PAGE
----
Friday, July 6, 2018

Guilty or Not Guilty - SS - July

Innocent people are convicted every day. The magnitude of the number is staggering. There are tens of thousands, over a hundred thousand people serving life sentences for nonviolent crimes that were their first offense. Is this fair?
Sharanda Jones
Alice Marie Johnson
Obama pardoned 212, reduced the sentence of 1715 including 568 of those serving life sentences.

How do you feel about this? Do you leave it up to the law makers thinking that they are the only ones with enough intelligence or information to make these decisions? What if they are wrong? What if it were your family member?

Welcome to a Secret Subject Swap. This week 11 brave bloggers picked a secret subject for someone else and were assigned a secret subject to interpret in their own style. Today we are all simultaneously divulging our topics and submitting our posts. 
Here are links to all the sites now featuring Secret Subject Swap posts.  Sit back, grab a cup, and check them all out. See you there:
Baking In A Tornado                  
The Lieber Family Blog    
The Bergham Chronicles                
The Blogging 911                      
Cognitive Script             
Never Ever Give Up Hope       
My Brand of Crazy          
Part-Time Working Hockey Mom   
Southern Belle Charm              
Paradoxical Suds                          
There have been movies made about certain cases. I've seen on the six o'clock news where someone is granted clemency and released from prison after serving over twenty years. Innocent people. Sitting behind bars for days, weeks, months and years, all the while knowing they are innocent but crushed by the system.

Then we have those who are guilty. Some poor smuck ran a light and hit a parked car. Left the scene. No one was hurt. But they find him, he is arrested and after months in jail goes to trial. He's never been in any type of trouble before but all of a sudden his two wrong decisions land him in prison. Due to enhancements that are added during his trial, he ends up being found guilty. Jury goes home. Months later the judge passes his final judgment. His sentencing time. LIFE without parole. What? What happened? Was he wrong for drinking and driving? Yes. Did he make a stupid move by leaving the scene? Yes. Was anyone hurt? no. So why this harsh sentence?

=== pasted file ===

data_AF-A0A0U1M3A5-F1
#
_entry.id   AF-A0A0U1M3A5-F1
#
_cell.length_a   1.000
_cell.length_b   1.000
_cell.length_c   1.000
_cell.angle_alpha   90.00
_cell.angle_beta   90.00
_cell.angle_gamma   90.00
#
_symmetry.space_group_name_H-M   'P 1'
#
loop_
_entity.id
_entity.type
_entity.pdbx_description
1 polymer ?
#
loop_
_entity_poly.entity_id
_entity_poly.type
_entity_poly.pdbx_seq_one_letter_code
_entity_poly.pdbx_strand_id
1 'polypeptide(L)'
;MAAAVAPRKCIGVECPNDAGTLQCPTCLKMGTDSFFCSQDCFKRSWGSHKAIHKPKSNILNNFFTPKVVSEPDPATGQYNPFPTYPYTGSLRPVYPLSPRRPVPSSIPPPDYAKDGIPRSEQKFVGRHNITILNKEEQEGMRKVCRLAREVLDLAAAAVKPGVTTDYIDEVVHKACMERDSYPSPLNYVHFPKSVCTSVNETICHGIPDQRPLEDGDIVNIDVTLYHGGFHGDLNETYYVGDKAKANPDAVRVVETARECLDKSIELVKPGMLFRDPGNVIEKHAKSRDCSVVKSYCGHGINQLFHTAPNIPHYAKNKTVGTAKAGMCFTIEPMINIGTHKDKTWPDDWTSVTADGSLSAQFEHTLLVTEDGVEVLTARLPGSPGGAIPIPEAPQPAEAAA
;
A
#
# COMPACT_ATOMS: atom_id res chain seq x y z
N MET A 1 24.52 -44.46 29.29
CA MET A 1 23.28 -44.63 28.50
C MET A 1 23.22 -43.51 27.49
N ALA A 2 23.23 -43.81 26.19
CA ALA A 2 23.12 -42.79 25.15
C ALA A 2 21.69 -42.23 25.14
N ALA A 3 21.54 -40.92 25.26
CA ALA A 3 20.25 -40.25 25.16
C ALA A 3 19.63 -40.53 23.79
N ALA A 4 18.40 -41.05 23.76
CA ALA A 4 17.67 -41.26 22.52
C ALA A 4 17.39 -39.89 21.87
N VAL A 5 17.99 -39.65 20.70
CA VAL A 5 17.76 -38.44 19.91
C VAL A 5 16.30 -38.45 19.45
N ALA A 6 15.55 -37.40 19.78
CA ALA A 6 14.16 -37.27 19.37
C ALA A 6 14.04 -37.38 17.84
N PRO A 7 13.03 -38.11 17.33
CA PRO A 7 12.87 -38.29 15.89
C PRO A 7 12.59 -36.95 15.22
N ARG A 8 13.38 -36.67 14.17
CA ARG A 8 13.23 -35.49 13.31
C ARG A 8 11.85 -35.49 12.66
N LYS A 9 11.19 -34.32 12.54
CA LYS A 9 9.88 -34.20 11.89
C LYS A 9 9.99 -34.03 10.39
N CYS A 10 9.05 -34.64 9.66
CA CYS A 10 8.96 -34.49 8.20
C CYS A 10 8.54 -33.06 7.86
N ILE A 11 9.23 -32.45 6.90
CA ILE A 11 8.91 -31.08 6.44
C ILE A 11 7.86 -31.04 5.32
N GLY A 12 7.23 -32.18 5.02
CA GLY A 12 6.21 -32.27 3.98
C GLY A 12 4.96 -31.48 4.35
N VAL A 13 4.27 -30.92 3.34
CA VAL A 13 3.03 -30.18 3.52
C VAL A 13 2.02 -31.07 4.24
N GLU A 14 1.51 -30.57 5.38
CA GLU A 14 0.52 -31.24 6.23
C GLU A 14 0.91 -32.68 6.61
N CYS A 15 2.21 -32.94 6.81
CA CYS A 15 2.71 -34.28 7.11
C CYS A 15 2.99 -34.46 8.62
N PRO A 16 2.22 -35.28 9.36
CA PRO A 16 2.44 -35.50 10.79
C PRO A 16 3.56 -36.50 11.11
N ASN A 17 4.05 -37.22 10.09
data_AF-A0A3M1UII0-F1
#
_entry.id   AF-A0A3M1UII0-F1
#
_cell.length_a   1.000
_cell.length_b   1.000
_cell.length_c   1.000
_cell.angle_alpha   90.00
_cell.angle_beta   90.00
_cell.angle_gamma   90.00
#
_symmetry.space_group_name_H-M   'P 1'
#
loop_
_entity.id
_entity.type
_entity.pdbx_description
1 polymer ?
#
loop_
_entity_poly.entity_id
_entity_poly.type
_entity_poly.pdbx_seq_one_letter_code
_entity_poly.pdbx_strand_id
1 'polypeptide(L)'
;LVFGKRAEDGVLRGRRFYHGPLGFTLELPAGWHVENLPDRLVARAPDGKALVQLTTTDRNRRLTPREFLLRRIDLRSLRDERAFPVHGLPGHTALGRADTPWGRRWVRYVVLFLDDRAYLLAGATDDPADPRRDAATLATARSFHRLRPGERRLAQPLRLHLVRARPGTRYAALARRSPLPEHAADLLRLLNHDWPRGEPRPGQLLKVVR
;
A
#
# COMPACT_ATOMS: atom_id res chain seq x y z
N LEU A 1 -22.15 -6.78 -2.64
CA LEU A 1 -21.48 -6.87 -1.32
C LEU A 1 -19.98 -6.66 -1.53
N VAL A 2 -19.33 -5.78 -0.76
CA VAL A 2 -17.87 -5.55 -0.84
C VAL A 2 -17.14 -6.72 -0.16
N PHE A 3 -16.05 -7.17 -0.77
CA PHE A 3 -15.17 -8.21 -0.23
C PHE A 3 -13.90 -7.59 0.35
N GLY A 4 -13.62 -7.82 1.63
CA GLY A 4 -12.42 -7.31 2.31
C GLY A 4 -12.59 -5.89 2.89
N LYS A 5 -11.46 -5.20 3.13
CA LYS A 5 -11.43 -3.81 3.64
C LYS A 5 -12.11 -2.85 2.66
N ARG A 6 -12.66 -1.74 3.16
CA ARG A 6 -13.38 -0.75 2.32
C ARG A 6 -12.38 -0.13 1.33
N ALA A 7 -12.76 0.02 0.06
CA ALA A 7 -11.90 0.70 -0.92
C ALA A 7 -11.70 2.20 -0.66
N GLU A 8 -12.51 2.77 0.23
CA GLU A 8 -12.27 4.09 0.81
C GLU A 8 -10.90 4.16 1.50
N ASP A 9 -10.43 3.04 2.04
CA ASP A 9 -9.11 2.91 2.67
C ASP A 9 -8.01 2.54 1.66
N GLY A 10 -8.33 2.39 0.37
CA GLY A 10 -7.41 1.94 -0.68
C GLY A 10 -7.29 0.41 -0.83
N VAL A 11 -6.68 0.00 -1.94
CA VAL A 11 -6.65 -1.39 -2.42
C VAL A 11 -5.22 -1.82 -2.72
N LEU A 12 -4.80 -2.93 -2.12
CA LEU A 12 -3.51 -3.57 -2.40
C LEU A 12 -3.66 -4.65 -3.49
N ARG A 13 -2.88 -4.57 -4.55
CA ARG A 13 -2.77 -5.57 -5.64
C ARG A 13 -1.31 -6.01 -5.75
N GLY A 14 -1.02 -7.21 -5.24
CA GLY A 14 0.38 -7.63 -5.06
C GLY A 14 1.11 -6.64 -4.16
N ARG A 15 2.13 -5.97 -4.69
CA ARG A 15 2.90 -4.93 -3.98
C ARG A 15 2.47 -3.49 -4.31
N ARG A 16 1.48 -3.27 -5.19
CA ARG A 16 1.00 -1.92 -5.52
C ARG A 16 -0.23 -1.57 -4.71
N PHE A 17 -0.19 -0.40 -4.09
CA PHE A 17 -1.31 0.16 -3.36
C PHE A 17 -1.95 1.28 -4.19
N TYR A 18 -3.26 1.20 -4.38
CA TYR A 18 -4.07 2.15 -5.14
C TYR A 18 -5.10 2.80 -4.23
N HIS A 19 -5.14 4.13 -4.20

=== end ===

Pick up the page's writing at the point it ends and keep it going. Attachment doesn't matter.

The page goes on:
It happens everyday. Our justice system is broke. The thugs out there killing innocent kids, robbing old folks and dealing drugs get a slap on the wrist while first time nonviolent offenders receive harsh sentencing.

It is appalling. How do we stop it? Stand up for ourselves. Research the politicians running for office. Vote for those who are really "for the people" and vote against bonds because there is always a hidden agenda inside that slips through the cracks.

Write letters to your congressman, state representatives and local authorities. Don't bury your head in the sand because it doesn't affect you. One day it might, then what?

I try very hard to keep my opinions to myself and not discuss politics or religion however, this subject was thrust upon me. I wasn't sure how to handle it. I read about several cases, did my research and decided to handle it this way.

Thank you Jenniy for  bringing this to my attention. Did I know about some of these cases yes, but the number of cases, no.

Your “Secret Subject” is:
You've been tasked with choosing one person who has been convicted of a crime and presenting their case to the President for potential pardon or commutation a la Kim Kardashian West in recent news. Who do you choose and how do you present the case?
It was submitted by:   



  1. As I was saying in Rabia's post, I'd love to contribute to make the "justice" system "just" because it seems to be awfully flawed at times.

    Good points in your case. The case also lacked deliberateness, plus it looks like the defendant had no prior convictions.

  2. I agree, there is no way to understand the injustice of sentences. I think the best thing we can do is make our voices heard, and vote for those who understand the issue.

  3. The legal system is a mess. When my husband was 16 years old he broke into a house. He was sentenced to five years with no prior record. Someone else molests a child and gets a year. I'm not saying my husband (who was just a kid) didn't deserve to get in trouble, but it shouldn't be about who has the most money.

  4. My husband went to prison because a friend with an ax to grind chose criminal court instead of civil. The only witness to the truth committed suicide just before we went to court. It almost destroyed our lives and even though it happened in 1974, we still suffer from the ramifications today. The reason the judge decided to sentence my husband was the lamest I ever heard "I want to make him an example to deter others from doing the same thing!" were his words. On the other hand, because of what we went through, we have helped countless people around the world and even more when my book was published. It was a stepping stone to better things.

  5. It's something I face all the time doing what I do with prisoners. Some have actual innocence claims and some made stupid decisions. In 11 years, I have met one person who I thought was a true sociopath and never needed to be out of prison. Just 1 in dozens of people I have chosen randomly, you know? And every time we turn around there is another person who spent decades behind bars because we got it wrong. Setting them free after all that time doesn't give them the chance to raise their kids or have kids at all or get married or have a job history to make it in the world they are released into... I really commend what Kim Kardashian is doing despite all the criticism she received. She's shining a light on some much needed issues, and with her platform, that can only be good. I'm glad the subject helped shine a light for you too!


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